- There was also a lot of interest in which symptoms will be monitored and how we’ll explore the vast symptom profiles experienced. Ongoing involvement and conversations with patient groups, healthcare practitioners and researchers will be important to help define symptoms in a clinical sense, but also help our understanding in what they mean. Our challenge on VOICE ‘Defining Long COVID symptoms’ is one small step towards this goal
- Understanding what may aid recovery, improve symptoms and help people feel “normal again”
- People were keen to know how their experiences compared to other people’s, when they would “feel normal again” and what they could do to aid recovery.
- Attendees shared an interest in monitoring the impact of employment/returning to work, as well as exercise, in the development of Long COVID
- Understanding the timelines and how findings and potential therapies will be communicated
- Attendees were interested to know more about our communication strategy and how key findings and recommendations could be rapidly disseminated to front-line care. They wanted to see us continue to share early findings and hold open discussions with patients and healthcare practitioners
- Understanding who we are collaborating with and how REACT-LC fits with other COVID-19 research
- People were keen to know how we will be collaborating or collating and sharing our data with other researchers to optimize the speed and impact of Long COVID research
What's next in our plan?
This session has been a critical step in starting up Imperial’s REACT Long COVID research and of great help to the research team. It:
- highlighted people’s key research/project priorities (e.g., identifying possible treatments or recommendations that improve recovery, coordinating work and communicating findings widely and quickly)
- reiterated the importance of including a diverse range of people, perspectives and circumstances in the REACT-Long COVID study. We are now looking further into how we might be able to identify people affected by Long COVID even if they do not have a positive PCR or antibody test (e.g. using reported symptoms, whether they suspected COVID, free text etc) or identify as having Long COVID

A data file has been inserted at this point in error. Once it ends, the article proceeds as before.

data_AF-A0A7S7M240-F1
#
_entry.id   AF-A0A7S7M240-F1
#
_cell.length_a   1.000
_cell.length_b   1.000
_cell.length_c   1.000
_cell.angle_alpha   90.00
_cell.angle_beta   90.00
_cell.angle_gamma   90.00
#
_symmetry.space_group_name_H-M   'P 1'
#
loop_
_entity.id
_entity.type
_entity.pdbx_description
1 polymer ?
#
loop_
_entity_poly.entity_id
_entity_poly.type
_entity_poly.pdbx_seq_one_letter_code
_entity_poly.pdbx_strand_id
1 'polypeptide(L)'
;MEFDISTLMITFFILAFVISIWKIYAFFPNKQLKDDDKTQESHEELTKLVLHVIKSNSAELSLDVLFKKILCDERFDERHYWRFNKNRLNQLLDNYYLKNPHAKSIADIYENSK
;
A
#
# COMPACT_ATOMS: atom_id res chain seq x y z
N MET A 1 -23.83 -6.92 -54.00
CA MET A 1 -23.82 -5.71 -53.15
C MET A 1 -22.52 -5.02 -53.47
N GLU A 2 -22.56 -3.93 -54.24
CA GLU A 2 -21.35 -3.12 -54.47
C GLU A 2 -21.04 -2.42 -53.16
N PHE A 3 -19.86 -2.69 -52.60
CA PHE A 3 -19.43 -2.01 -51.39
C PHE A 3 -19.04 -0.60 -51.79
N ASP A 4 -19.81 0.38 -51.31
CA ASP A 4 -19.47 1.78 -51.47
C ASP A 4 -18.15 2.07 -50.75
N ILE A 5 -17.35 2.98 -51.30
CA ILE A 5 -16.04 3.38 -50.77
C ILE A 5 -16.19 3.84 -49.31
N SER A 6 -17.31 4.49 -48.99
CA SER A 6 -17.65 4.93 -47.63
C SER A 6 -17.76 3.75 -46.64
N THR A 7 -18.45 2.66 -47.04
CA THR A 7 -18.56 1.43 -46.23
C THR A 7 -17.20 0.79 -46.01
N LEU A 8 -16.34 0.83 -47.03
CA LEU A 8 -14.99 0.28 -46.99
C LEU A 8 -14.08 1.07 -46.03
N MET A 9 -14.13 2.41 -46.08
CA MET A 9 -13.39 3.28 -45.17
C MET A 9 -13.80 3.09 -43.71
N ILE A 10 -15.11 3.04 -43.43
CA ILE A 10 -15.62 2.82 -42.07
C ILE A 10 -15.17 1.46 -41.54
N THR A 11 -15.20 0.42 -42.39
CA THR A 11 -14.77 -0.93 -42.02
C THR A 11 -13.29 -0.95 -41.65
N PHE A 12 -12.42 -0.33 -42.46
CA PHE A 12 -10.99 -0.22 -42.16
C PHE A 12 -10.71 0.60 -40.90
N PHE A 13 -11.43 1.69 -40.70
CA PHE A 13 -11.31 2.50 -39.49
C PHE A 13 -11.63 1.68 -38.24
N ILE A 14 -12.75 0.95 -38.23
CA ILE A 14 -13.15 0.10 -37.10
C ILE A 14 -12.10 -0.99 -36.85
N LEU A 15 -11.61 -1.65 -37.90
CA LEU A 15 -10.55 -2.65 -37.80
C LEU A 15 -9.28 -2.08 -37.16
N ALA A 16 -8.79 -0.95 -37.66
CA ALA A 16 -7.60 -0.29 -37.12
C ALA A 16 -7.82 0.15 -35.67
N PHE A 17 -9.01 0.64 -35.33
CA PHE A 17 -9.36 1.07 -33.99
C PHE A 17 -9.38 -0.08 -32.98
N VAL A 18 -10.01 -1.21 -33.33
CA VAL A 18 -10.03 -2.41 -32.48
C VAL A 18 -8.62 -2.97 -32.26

- identified new areas of analysis and prompted the team to discuss the specific biological aspects that could be monitored, including whether it would be feasible to monitor sex hormones as part of the clinical assessment and revisiting what questions are currently asked around menstruation
- will help the development of our study FAQ page (https://react-lc.net; coming soon) as well as inform ongoing research, communication and engagement activity.
We hope to run further science cafés, webinars and involvement activity across the course of the 3-year project to help the team progress the research together with those who’ve been affected by Long COVID. We are connecting with other Long COVID research teams and are also in the process of developing a Long COVID Research Hub where we hope to collate future opportunities, updates and resources relating to Long COVID research in one place.
To stay up-to-date on our progress or hear about future opportunities, please join the REACT: COVID-19 Community Network. If you have any questions or wish to share your experiences, please email us on [email protected]
We hope to share more in due course.
Best wishes from
Patient Experience Research Centre,
On behalf of the REACT Long COVID Research team, Imperial College London
The REACT-LC study is being led by researchers from the School of Public Health at Imperial College London, including Prof. Paul Elliott, Prof. Graham Cooke, and Prof. Helen Ward. It will be carried out in partnership with a wide range of public advisors from across England and external collaborators from Queen Mary University of London, the Francis Crick Institute, Leiden University, Southampton University, Birmingham University and Newcastle University. The public involvement activity within this research is being led by Imperial's Patient Experience Research Centre, with support from VOICE Global.